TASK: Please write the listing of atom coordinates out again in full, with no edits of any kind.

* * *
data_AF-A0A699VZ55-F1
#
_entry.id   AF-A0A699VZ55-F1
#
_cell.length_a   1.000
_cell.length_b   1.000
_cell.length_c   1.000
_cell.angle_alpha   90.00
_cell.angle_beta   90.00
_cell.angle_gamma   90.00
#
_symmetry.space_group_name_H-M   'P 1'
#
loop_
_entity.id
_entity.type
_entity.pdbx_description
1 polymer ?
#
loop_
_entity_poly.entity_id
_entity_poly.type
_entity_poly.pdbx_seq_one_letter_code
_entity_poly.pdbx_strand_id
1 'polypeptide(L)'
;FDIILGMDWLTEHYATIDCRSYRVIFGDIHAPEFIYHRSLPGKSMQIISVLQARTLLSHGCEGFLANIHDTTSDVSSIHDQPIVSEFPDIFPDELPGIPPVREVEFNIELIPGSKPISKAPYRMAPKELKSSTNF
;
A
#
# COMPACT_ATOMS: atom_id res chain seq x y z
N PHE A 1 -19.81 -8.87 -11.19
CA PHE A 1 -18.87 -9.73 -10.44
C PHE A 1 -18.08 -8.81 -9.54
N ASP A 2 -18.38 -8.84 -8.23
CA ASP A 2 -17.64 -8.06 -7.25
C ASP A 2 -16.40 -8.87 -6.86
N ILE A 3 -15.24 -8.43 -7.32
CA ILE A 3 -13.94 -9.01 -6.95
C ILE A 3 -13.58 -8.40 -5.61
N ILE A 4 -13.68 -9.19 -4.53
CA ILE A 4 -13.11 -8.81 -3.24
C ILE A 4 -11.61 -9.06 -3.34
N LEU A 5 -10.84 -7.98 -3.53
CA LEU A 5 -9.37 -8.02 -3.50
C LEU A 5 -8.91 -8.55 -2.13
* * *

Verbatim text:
data_AF-A0A699VZ55-F1
#
_entry.id   AF-A0A699VZ55-F1
#
_cell.length_a   1.000
_cell.length_b   1.000
_cell.length_c   1.000
_cell.angle_alpha   90.00
_cell.angle_beta   90.00
_cell.angle_gamma   90.00
#
_symmetry.space_group_name_H-M   'P 1'
#
loop_
_entity.id
_entity.type
_entity.pdbx_description
1 polymer ?
#
loop_
_entity_poly.entity_id
_entity_poly.type
_entity_poly.pdbx_seq_one_letter_code
_entity_poly.pdbx_strand_id
1 'polypeptide(L)'
;FDIILGMDWLTEHYATIDCRSYRVIFGDIHAPEFIYHRSLPGKSMQIISVLQARTLLSHGCEGFLANIHDTTSDVSSIHDQPIVSEFPDIFPDELPGIPPVREVEFNIELIPGSKPISKAPYRMAPKELKSSTNF
;
A
#
# COMPACT_ATOMS: atom_id res chain seq x y z
N PHE A 1 -19.81 -8.87 -11.19
CA PHE A 1 -18.87 -9.73 -10.44
C PHE A 1 -18.08 -8.81 -9.54
N ASP A 2 -18.38 -8.84 -8.23
CA ASP A 2 -17.64 -8.06 -7.25
C ASP A 2 -16.40 -8.87 -6.86
N ILE A 3 -15.24 -8.43 -7.32
CA ILE A 3 -13.94 -9.01 -6.95
C ILE A 3 -13.58 -8.40 -5.61
N ILE A 4 -13.68 -9.19 -4.53
CA ILE A 4 -13.11 -8.81 -3.24
C ILE A 4 -11.61 -9.06 -3.34
N LEU A 5 -10.84 -7.98 -3.53
CA LEU A 5 -9.37 -8.02 -3.50
C LEU A 5 -8.91 -8.55 -2.13